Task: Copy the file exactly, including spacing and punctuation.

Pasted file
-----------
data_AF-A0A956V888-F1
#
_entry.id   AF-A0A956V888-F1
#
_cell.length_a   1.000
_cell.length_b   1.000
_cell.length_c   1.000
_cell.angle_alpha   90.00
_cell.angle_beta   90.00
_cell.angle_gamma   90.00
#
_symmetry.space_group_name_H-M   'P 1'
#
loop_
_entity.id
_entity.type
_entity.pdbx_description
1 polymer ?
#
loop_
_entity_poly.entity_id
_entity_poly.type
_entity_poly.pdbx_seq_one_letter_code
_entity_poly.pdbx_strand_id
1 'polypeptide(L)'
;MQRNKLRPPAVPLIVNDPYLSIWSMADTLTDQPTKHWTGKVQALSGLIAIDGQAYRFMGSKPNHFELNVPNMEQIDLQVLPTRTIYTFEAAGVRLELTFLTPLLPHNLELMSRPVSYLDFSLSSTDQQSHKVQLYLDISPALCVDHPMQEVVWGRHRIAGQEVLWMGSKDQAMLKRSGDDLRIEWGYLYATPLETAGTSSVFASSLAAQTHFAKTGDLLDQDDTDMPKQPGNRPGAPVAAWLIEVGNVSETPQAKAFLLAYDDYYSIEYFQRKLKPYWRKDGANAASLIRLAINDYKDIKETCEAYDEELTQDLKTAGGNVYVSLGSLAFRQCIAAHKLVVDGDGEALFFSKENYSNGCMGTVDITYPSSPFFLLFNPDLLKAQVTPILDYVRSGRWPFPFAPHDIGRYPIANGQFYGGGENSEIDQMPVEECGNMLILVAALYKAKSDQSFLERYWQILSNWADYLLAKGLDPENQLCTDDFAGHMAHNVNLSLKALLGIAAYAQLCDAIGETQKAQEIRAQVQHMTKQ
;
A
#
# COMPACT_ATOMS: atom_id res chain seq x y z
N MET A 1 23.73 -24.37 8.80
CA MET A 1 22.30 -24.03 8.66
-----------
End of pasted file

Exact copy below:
data_AF-A0A956V888-F1
#
_entry.id   AF-A0A956V888-F1
#
_cell.length_a   1.000
_cell.length_b   1.000
_cell.length_c   1.000
_cell.angle_alpha   90.00
_cell.angle_beta   90.00
_cell.angle_gamma   90.00
#
_symmetry.space_group_name_H-M   'P 1'
#
loop_
_entity.id
_entity.type
_entity.pdbx_description
1 polymer ?
#
loop_
_entity_poly.entity_id
_entity_poly.type
_entity_poly.pdbx_seq_one_letter_code
_entity_poly.pdbx_strand_id
1 'polypeptide(L)'
;MQRNKLRPPAVPLIVNDPYLSIWSMADTLTDQPTKHWTGKVQALSGLIAIDGQAYRFMGSKPNHFELNVPNMEQIDLQVLPTRTIYTFEAAGVRLELTFLTPLLPHNLELMSRPVSYLDFSLSSTDQQSHKVQLYLDISPALCVDHPMQEVVWGRHRIAGQEVLWMGSKDQAMLKRSGDDLRIEWGYLYATPLETAGTSSVFASSLAAQTHFAKTGDLLDQDDTDMPKQPGNRPGAPVAAWLIEVGNVSETPQAKAFLLAYDDYYSIEYFQRKLKPYWRKDGANAASLIRLAINDYKDIKETCEAYDEELTQDLKTAGGNVYVSLGSLAFRQCIAAHKLVVDGDGEALFFSKENYSNGCMGTVDITYPSSPFFLLFNPDLLKAQVTPILDYVRSGRWPFPFAPHDIGRYPIANGQFYGGGENSEIDQMPVEECGNMLILVAALYKAKSDQSFLERYWQILSNWADYLLAKGLDPENQLCTDDFAGHMAHNVNLSLKALLGIAAYAQLCDAIGETQKAQEIRAQVQHMTKQ
;
A
#
# COMPACT_ATOMS: atom_id res chain seq x y z
N MET A 1 23.73 -24.37 8.80
CA MET A 1 22.30 -24.03 8.66